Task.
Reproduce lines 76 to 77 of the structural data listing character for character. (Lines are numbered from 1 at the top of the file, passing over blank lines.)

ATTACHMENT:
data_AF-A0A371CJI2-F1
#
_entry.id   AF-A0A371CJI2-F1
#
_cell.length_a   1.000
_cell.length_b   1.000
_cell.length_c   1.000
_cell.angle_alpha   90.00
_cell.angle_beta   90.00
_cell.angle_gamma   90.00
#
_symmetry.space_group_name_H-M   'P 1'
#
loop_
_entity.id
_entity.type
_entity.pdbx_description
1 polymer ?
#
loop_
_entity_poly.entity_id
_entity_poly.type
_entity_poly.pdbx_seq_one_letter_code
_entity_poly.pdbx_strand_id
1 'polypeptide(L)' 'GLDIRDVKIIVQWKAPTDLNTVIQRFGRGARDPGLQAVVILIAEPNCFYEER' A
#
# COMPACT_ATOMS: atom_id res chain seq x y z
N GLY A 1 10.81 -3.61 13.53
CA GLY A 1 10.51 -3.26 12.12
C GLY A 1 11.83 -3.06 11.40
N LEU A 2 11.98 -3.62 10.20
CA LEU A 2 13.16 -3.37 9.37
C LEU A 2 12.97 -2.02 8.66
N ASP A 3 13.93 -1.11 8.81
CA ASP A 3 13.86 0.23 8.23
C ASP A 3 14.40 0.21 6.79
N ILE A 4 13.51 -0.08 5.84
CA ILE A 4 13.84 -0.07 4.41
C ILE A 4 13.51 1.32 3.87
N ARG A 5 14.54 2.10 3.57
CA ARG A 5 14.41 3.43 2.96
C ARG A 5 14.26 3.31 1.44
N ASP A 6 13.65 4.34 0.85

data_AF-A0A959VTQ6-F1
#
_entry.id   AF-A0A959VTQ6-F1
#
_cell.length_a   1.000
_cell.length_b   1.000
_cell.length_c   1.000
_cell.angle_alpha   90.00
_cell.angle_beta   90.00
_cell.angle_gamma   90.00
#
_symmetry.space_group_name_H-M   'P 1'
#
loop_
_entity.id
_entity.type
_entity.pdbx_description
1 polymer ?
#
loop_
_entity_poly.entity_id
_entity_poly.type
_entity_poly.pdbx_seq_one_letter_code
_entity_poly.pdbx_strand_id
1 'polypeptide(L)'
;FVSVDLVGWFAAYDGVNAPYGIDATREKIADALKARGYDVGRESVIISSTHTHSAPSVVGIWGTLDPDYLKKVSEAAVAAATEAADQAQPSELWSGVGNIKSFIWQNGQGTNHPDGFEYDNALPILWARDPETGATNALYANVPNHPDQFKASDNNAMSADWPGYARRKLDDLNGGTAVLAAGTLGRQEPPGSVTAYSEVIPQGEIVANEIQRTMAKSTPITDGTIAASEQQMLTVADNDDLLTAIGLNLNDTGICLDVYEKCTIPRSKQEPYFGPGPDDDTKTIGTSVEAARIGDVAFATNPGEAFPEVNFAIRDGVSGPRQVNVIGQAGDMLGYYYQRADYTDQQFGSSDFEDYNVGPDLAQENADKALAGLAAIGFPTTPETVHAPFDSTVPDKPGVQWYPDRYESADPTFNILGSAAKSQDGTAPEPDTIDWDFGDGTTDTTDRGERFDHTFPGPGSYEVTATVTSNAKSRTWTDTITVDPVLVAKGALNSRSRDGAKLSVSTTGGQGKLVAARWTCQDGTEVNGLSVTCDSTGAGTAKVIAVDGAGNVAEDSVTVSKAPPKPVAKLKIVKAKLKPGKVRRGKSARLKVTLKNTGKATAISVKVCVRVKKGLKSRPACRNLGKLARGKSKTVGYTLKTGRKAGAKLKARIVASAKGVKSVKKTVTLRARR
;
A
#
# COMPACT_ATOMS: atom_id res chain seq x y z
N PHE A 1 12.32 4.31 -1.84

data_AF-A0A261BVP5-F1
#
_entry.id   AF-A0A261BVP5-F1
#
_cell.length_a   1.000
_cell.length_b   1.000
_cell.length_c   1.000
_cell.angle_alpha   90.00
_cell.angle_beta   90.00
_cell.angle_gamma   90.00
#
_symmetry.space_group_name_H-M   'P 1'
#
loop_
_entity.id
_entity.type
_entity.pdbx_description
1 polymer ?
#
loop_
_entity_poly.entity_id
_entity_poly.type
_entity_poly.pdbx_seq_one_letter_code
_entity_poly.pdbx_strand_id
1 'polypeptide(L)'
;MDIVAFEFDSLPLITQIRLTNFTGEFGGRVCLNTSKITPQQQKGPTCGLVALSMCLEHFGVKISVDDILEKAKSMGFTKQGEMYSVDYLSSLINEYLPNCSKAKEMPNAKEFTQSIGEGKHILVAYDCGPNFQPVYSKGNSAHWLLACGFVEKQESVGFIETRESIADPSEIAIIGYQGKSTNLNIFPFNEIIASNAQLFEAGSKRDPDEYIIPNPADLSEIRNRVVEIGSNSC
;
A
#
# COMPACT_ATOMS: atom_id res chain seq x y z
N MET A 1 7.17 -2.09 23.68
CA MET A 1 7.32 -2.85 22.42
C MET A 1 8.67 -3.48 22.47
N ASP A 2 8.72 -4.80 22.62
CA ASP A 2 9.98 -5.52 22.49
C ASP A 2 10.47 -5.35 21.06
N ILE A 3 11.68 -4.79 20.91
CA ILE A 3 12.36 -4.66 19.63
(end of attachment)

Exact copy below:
#
_entry.id   AF-A0A261BVP5-F1